Other embodiments of a flow control apparatus which are hydraulically actuated may be utilized without the use of a control line. For example, FIG. 8 shows a cross-sectional view of one embodiment of a flow control apparatus which is actuated by a second tubular member 182 having an orifice 184 formed in a wall thereof. The second tubular member 182 is adapted to be disposed in the inner diameter of the tubular member 72 and adapted to communicate a hydraulic pressure through the orifice 184. Cups 188 disposed on the inner surface of the tubular member 72 direct the hydraulic pressure to a conduit 186 located through the tubular member 72. The hydraulic pressure flows through the conduit 186 to piston chamber 94 to provide a hydraulic pressure to piston 86 to move the sleeve 76 between a first position and a second position thereby controlling the flow of fluid into the apparatus. In one embodiment, the second tubular member 182 comprises coiled tubing.

In one embodiment, a method of actuating a plurality of flow control apparatuses with the second tubular member 182 as shown in FIG. 8 comprises running the second tubular member 182 to the flow control apparatus which is at a lowest point in a wellbore. The second tubular member 182 provides a hydraulic pressure to actuate that flow control apparatus. Thereafter, the second tubular member 182 is pulled up the wellbore to the next flow control apparatus to actuate that flow control apparatus and so on. In this manner, any number of flow control apparatus are remotely shifted using, for example, coiled tubing.

FIG. 9 shows a cross-sectional view of another embodiment of a flow control apparatus which is hydraulically actuated without the use of a control line. The flow control apparatus has an opening 192 disposed through the outer wall of the piston chamber 94. The opening 192 allows fluid to flow from an annular space between the flow control apparatus and the wellbore into the opening 192 and into the piston chamber 94. The flow control apparatus is adapted so that a hydraulic pressure flowed into the piston chamber against piston 86 moves the sleeve 76 to cover or uncover the apertures 74, such as between a first position and a second position. The apparatus of this embodiment can be shifted simply by increasing the pressure of the wellbore adjacent the opening 192.

FIG. 10 shows a cross-sectional view of one embodiment of one of an apparatus which is actuated by electromechanical means. The flow control apparatus includes a tubular member 102 having apertures 104 formed therein for flow of fluid therethrough. The apertures 104 may be any shape, such as in the shape of a slot or a round hole. A slidable sleeve 106 is disposed radially outward of the tubular member 102 and has at least one aperture 107 formed therein. The sleeve 106 is adapted to be selectively rotated so that the aperture 107 aligns, misaligns, or is positioned in any number of positions therebetween with the apertures 104 of the tubular member 102 to control flow of fluid therethrough. A screen 108 may be disposed radially outward of the sleeve 106 to block the flow of unwanted material into the apertures 104 of the tubular member 102.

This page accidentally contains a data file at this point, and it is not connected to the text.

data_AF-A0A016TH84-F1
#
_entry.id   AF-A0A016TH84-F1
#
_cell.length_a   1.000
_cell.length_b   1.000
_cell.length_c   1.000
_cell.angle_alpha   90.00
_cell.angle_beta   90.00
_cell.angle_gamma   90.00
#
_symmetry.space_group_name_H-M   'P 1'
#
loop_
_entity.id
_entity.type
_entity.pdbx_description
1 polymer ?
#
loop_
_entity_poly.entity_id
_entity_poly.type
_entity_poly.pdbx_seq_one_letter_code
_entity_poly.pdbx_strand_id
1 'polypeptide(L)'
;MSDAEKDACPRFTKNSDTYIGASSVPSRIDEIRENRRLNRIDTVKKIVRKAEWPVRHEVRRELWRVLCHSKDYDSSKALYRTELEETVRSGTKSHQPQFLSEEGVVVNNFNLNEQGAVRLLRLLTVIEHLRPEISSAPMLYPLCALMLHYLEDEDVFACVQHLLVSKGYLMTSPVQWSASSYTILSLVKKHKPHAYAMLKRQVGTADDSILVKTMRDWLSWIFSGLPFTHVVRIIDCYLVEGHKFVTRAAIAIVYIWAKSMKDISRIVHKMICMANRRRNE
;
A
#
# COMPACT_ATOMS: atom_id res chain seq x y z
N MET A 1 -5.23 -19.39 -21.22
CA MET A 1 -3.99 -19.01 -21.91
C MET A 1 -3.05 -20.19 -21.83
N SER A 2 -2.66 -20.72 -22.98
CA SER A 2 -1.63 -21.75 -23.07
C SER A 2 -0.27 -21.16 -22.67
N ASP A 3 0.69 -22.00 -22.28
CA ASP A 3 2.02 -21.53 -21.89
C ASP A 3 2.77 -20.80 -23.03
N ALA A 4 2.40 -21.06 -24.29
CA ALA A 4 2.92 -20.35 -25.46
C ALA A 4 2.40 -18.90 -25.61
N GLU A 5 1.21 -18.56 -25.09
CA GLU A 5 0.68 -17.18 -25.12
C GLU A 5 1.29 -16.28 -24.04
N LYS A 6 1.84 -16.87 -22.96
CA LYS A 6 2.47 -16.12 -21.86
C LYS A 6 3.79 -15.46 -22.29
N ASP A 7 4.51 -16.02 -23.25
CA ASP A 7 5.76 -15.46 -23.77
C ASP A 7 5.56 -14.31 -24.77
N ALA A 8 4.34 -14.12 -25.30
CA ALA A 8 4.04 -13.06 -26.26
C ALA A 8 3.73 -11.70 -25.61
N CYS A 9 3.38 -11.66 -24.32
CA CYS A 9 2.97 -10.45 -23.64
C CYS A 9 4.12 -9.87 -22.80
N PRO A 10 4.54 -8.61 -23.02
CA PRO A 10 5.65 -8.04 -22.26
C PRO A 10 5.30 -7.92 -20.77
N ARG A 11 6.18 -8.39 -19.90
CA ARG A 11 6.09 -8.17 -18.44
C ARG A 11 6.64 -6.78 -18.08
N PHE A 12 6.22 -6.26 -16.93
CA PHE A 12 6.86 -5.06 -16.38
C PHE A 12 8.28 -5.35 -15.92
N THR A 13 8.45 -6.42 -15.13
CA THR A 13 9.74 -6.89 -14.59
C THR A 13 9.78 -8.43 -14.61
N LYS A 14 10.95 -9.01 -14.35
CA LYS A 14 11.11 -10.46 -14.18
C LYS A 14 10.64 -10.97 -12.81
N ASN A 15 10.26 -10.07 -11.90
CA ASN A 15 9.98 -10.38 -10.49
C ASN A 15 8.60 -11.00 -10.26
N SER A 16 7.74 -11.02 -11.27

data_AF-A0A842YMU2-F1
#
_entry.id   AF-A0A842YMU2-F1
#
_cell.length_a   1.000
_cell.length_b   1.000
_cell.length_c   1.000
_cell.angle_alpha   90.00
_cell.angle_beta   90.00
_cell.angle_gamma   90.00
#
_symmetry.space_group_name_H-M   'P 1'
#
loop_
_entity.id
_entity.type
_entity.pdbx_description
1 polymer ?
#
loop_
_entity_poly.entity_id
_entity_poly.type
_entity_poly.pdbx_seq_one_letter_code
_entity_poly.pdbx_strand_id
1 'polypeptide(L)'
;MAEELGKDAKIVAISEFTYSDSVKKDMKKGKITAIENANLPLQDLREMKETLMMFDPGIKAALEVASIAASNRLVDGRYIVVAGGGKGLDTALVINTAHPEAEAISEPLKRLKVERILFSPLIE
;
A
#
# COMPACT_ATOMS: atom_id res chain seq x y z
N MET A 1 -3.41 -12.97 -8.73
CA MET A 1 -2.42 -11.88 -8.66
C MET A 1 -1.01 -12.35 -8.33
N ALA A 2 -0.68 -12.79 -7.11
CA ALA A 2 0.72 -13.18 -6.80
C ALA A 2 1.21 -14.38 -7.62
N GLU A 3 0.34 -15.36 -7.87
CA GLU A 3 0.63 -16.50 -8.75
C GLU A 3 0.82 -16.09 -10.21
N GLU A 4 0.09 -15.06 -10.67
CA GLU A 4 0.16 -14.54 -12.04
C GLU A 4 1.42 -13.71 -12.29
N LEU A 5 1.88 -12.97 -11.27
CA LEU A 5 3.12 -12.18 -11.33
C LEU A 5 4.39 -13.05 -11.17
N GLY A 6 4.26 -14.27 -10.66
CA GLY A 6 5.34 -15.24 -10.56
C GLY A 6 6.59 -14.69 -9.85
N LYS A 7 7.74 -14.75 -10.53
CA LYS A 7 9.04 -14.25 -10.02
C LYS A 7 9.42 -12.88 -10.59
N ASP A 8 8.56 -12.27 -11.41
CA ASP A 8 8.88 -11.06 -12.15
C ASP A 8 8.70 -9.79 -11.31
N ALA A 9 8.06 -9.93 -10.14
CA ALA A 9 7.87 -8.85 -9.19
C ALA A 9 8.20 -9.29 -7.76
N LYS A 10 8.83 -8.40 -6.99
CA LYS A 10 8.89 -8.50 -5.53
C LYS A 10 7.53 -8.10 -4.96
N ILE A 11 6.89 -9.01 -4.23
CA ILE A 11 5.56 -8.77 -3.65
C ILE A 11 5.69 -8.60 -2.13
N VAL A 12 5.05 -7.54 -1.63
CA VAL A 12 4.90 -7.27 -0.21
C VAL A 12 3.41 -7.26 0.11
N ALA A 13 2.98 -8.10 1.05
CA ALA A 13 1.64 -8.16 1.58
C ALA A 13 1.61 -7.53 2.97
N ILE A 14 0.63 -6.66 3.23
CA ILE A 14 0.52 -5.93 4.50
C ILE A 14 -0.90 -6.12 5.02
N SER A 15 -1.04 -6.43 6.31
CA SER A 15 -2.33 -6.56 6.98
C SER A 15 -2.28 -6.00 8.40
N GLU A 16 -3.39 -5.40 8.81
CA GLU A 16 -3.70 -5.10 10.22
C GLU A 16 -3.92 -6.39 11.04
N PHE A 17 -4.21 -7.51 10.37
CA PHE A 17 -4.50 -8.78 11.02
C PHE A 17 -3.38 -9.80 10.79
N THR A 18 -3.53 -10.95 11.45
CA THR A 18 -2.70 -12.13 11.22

A motor 110 is disposed proximate the sleeve 106 and is coupled to a gear 112. Teeth 114 are disposed on the outer surface of the sleeve 106 and are associated with the gear 112. A control line 50 provides electrical power to turn the gear 112 which causes the sleeve 106. In this manner, the aperture 107 of the sleeve 106 aligns, misaligns, or is positioned in any number of positions therebetween with the apertures 104 of the tubular member 106.

FIG. 11 shows a cross-sectional view of another embodiment of a flow control apparatus which is actuated by electromechanical means. The flow control apparatus includes a tubular member 122 having apertures 124 formed in a wall thereof. The apertures 124 may be any shape, such as in the shape of a slot or a round hole. A chamber housing 133 is disposed radially outward of the tubular member 122 to define a chamber 125 in communication with the apertures 124. A rotatable ring 126 is disposed radially outward of the tubular member 122 adjacent to the chamber 125. A fixed ring 127 is disposed radially outward of the tubular member 122 adjacent to the rotatable ring 126. Both the rotatable ring 126 and the fixed ring 127 have voids or vias formed in an outer surface thereof. When the voids or vias overlap, a passage 129 is formed to allow fluid to flow pass the rotatable ring 126 and the fixed ring 127 into the chamber 125 and into the apertures 124 of the tubular member 122. The rotatable ring 126 may be rotated so that the voids of the rotatable ring 126 and the fixed ring 127 overlap in any number of amounts so that the flow of fluid can be controlled into the chamber 125. A screen 128 may be disposed radially outward of the tubular member 122 to block the flow of unwanted material into the apertures 124 of the tubular member 122.